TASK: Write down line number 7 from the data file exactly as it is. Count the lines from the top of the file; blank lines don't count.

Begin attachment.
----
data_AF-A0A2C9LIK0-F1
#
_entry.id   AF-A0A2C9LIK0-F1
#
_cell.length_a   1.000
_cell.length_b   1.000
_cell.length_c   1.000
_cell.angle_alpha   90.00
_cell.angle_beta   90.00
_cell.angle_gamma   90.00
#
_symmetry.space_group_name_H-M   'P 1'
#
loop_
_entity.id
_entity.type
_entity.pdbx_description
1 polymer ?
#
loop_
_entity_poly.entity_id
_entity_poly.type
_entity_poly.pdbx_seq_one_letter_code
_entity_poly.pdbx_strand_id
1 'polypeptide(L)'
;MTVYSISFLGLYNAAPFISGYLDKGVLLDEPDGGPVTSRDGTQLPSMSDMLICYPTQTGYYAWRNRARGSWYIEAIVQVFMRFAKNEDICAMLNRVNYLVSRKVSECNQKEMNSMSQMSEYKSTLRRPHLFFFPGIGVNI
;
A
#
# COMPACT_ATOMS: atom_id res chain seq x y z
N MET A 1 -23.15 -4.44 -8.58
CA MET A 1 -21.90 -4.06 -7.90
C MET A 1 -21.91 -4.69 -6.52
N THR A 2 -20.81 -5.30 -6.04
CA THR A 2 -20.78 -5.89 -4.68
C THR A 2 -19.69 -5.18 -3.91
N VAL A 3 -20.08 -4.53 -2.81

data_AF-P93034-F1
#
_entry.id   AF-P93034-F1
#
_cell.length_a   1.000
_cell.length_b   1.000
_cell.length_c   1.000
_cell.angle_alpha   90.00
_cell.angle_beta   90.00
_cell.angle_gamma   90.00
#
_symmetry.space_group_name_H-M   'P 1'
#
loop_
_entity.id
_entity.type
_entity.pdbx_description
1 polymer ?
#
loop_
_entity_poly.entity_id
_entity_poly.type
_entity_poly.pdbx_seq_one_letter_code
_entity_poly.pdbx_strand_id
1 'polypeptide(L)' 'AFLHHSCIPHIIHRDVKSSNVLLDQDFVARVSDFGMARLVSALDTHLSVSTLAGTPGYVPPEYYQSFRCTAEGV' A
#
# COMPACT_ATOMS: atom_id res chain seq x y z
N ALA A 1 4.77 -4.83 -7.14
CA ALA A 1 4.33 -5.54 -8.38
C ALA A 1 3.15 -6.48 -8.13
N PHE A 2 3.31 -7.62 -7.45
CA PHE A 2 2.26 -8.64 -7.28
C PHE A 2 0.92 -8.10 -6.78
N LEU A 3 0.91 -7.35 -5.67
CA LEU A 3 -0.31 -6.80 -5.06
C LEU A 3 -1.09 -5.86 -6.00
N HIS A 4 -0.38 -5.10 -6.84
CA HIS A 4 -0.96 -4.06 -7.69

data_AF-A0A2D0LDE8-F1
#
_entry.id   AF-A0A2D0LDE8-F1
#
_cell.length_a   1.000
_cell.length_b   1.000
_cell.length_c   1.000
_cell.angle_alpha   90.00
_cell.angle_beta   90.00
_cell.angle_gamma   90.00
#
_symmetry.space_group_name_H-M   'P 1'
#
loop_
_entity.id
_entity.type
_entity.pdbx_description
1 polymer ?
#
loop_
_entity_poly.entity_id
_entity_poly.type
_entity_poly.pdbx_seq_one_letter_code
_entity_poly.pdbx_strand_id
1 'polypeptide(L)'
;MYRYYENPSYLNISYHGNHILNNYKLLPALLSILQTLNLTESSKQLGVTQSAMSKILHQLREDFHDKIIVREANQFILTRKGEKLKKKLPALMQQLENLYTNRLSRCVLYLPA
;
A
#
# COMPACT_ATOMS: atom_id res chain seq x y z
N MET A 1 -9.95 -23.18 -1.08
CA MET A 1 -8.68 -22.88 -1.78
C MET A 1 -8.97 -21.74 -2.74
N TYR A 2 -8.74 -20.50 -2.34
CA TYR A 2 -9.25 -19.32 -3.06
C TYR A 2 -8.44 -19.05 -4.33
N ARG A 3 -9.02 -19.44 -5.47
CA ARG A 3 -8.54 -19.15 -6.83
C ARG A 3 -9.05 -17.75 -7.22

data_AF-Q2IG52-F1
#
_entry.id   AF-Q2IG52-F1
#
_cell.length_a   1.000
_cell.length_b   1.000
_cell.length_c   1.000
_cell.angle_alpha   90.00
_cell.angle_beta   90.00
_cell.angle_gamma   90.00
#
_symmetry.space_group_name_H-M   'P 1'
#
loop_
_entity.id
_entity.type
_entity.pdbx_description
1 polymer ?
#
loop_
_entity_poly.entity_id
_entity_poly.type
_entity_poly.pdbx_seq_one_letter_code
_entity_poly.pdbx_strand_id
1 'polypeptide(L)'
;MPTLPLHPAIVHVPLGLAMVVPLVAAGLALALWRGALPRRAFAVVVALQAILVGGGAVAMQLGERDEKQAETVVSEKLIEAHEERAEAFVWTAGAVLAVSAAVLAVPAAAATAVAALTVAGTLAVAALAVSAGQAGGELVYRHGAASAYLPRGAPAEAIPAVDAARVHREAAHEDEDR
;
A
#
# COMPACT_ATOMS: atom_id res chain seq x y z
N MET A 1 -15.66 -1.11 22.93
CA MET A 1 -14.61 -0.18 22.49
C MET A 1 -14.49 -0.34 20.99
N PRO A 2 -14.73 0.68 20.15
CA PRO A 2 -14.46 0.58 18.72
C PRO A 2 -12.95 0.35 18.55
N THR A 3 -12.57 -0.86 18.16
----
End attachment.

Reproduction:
_cell.length_c   1.000